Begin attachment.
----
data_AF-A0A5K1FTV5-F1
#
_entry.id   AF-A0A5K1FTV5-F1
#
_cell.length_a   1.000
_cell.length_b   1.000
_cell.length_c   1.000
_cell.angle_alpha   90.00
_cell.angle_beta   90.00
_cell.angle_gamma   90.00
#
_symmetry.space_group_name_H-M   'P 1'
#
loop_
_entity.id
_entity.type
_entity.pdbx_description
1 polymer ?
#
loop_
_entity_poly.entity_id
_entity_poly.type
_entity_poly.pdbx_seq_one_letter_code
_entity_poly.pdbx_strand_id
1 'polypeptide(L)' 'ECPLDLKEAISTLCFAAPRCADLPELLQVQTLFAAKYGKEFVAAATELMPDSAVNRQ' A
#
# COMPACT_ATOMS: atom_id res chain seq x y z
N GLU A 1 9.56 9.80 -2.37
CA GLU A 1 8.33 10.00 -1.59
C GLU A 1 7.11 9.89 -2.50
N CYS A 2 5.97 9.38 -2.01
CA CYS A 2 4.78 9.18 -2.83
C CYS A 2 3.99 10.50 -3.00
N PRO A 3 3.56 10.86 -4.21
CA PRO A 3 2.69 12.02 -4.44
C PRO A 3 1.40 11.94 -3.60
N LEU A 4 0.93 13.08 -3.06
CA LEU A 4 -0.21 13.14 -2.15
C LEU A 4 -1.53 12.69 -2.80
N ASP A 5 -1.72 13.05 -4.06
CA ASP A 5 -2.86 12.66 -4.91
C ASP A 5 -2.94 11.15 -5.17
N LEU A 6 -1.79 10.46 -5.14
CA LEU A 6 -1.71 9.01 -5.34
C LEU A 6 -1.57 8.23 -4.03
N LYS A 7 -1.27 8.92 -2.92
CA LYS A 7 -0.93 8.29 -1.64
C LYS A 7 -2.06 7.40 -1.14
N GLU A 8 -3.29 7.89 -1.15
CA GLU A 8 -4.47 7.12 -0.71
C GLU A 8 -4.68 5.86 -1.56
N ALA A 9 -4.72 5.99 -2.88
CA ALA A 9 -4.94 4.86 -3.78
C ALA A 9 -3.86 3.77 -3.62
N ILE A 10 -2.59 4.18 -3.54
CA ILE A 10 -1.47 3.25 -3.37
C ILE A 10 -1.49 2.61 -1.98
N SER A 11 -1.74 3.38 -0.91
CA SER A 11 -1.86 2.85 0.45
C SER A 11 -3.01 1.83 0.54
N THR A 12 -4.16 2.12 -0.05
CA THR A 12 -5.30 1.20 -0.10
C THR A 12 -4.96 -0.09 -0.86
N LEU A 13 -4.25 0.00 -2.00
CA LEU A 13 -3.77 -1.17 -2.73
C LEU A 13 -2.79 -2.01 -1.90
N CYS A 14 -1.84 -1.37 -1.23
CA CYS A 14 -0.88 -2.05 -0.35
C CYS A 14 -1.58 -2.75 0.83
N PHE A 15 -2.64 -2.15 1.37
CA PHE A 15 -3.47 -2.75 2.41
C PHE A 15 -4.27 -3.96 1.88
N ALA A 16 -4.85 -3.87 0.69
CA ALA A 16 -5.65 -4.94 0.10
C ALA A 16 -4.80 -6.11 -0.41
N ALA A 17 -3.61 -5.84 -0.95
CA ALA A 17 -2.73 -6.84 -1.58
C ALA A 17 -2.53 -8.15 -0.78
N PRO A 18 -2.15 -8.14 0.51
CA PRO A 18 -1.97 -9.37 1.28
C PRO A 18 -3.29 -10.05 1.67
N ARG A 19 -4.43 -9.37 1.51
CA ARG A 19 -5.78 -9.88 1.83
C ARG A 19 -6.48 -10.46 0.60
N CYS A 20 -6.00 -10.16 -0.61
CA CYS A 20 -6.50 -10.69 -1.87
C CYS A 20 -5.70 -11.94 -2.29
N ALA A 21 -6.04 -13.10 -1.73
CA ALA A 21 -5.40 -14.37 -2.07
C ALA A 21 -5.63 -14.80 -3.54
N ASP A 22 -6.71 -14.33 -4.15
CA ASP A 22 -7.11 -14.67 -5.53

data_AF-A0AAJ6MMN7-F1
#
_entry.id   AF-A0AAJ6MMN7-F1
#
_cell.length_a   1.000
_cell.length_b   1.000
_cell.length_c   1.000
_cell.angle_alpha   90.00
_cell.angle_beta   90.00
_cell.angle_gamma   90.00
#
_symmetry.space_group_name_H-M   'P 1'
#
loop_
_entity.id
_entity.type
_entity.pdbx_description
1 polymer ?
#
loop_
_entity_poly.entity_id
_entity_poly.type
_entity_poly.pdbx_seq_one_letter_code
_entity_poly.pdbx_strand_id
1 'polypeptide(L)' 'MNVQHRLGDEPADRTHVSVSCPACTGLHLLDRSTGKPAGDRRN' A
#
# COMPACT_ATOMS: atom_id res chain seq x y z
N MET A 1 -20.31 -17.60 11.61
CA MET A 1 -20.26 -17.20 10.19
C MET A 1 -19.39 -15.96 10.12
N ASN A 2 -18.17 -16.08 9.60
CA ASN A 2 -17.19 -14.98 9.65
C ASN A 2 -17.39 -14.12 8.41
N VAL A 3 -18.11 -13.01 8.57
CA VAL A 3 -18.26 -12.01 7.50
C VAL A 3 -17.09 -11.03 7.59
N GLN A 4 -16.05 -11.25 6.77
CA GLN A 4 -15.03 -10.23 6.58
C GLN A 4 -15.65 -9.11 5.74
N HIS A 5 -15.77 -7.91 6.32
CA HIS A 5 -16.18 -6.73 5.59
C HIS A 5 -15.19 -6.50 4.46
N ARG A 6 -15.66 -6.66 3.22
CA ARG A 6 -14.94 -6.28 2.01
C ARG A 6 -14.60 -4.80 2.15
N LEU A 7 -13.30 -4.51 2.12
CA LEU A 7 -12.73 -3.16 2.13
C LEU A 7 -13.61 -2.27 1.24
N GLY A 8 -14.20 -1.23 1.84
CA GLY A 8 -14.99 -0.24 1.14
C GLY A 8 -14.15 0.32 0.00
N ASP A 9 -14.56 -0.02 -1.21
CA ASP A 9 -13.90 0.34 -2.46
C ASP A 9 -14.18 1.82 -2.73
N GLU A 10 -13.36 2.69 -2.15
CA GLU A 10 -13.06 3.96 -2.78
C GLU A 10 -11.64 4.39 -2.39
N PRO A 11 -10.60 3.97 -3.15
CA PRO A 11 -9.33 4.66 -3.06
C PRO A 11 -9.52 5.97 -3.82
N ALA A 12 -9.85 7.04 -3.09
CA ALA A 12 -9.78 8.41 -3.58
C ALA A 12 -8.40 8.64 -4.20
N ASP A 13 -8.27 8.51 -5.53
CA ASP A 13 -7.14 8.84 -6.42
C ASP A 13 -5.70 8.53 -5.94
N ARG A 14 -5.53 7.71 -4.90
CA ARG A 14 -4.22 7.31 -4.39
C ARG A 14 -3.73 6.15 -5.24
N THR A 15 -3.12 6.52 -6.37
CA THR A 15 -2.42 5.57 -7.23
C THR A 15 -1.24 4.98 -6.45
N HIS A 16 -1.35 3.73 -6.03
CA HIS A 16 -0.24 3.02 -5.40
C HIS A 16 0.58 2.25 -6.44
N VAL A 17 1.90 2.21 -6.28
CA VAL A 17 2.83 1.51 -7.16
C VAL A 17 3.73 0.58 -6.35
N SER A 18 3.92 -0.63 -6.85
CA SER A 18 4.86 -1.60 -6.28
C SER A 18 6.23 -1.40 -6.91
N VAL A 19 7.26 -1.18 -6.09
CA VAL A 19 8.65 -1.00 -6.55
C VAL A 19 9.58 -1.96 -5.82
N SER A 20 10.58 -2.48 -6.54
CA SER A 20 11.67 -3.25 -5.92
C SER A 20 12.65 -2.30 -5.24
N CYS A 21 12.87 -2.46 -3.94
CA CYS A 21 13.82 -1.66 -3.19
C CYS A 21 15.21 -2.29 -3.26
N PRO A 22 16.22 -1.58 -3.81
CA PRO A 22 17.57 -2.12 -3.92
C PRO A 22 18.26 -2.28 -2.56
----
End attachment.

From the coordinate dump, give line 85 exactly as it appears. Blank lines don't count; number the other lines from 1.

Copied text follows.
N CYS A 20 -6.00 -10.16 -0.61